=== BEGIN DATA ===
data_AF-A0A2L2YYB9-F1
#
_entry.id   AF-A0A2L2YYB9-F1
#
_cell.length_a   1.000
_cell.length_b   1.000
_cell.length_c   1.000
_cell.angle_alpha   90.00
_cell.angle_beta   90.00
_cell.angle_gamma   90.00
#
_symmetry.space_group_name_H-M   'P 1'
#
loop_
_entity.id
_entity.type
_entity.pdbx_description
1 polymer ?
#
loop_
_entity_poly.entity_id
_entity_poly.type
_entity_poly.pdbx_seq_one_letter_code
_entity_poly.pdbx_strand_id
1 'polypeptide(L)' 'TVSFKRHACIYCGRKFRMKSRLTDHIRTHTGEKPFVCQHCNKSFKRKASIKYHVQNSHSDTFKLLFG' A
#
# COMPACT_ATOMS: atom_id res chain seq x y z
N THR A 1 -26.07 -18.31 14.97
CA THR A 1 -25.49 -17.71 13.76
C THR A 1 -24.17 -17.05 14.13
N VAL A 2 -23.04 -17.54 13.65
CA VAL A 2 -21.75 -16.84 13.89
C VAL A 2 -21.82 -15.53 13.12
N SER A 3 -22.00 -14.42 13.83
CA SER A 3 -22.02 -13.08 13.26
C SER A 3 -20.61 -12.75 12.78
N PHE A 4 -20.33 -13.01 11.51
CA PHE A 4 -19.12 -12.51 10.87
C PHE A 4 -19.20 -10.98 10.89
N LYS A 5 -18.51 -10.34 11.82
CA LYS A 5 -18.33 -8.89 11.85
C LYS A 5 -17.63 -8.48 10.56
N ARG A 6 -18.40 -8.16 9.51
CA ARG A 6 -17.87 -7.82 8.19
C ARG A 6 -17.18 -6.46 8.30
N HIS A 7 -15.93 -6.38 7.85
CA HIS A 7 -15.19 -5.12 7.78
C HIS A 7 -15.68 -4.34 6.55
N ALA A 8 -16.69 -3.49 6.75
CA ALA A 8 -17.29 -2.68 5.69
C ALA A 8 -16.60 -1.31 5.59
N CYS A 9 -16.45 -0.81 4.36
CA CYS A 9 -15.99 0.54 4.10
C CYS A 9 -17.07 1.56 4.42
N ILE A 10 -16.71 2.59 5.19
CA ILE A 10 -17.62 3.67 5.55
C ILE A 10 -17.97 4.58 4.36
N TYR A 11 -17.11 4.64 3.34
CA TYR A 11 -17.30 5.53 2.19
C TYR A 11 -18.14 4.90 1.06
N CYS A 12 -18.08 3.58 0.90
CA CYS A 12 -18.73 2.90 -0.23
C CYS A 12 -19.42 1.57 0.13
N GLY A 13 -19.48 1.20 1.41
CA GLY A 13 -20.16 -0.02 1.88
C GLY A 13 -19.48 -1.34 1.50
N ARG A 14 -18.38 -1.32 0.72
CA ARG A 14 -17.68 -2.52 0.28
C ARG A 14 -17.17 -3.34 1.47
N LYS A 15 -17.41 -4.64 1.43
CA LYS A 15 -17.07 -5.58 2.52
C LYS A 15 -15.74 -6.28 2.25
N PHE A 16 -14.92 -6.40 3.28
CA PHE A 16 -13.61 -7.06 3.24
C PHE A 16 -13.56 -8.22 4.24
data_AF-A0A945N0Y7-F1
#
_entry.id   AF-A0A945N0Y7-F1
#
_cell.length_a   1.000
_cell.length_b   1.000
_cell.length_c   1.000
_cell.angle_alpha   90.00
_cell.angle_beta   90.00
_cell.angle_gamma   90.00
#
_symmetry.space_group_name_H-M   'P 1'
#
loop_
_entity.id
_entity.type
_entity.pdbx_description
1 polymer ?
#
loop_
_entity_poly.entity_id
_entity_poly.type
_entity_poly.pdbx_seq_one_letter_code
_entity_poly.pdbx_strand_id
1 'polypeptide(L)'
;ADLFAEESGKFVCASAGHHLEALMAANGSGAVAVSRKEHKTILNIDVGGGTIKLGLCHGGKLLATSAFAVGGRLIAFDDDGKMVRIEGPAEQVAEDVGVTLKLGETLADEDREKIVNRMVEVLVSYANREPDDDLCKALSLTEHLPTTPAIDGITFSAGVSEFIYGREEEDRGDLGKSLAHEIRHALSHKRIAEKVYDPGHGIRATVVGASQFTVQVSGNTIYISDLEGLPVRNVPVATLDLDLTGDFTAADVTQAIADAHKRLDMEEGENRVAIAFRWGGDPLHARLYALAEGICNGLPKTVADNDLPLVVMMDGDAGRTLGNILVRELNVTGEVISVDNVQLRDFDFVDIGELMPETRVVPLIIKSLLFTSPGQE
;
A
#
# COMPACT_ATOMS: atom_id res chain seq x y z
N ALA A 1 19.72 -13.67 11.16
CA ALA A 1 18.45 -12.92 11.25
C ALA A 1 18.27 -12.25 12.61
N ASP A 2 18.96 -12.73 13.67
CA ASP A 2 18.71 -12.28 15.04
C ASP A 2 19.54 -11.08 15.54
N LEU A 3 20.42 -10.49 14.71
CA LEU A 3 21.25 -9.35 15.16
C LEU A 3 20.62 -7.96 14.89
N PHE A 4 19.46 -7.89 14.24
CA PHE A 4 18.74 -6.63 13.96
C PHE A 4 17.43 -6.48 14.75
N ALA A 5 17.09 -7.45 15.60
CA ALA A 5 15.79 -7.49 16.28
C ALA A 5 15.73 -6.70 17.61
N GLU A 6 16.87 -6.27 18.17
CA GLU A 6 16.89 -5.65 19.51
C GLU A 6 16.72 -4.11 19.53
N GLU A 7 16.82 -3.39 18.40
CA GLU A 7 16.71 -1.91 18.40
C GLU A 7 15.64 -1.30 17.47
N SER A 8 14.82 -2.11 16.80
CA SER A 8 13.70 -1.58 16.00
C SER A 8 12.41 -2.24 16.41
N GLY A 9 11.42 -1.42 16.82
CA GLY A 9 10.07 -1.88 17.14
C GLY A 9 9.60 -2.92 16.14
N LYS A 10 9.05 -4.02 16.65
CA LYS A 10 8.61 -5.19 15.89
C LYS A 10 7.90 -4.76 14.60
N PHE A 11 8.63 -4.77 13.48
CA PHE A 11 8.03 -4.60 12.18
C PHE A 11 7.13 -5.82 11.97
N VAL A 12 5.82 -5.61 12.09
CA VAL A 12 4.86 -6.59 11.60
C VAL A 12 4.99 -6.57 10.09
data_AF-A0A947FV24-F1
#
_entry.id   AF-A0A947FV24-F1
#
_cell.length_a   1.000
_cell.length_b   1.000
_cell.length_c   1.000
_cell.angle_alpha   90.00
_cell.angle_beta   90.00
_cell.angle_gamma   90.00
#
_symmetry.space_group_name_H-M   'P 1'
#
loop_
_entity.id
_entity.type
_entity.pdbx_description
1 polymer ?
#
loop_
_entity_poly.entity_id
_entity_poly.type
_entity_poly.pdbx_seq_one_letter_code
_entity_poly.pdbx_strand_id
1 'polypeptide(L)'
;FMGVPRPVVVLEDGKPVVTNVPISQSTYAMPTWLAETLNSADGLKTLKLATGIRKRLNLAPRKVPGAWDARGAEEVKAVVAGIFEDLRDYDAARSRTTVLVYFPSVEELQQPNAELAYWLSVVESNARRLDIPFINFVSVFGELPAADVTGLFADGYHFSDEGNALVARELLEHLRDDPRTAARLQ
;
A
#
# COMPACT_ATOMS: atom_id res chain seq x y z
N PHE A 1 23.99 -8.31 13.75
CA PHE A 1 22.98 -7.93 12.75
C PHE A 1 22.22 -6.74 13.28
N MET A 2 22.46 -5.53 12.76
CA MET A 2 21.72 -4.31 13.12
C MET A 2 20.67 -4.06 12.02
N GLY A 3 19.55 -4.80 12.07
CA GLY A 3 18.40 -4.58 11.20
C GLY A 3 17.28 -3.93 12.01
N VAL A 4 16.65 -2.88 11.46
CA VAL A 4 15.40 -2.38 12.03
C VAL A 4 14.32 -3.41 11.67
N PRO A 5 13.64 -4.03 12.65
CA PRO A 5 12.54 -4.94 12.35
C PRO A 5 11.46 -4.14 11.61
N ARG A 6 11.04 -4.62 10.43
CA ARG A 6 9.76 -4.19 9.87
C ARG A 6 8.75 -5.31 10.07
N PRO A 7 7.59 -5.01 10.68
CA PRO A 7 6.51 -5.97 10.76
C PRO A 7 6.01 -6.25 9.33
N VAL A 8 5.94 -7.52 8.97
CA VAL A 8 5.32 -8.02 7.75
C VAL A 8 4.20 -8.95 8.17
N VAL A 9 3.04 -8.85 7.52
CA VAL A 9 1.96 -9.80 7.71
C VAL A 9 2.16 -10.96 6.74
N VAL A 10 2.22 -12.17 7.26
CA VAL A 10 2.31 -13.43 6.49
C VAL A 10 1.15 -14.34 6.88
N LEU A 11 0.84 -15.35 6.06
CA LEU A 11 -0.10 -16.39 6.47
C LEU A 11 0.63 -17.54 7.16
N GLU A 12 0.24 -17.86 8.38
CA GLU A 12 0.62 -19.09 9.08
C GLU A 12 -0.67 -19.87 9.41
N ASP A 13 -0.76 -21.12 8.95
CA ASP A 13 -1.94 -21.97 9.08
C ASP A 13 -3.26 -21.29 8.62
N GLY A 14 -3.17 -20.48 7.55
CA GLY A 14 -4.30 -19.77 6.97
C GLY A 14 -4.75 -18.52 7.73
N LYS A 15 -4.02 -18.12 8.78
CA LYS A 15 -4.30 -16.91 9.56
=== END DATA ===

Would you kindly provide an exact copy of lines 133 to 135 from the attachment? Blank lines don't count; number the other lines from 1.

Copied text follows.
N LYS A 10 9.05 -4.02 16.65
CA LYS A 10 8.61 -5.19 15.89
C LYS A 10 7.90 -4.76 14.60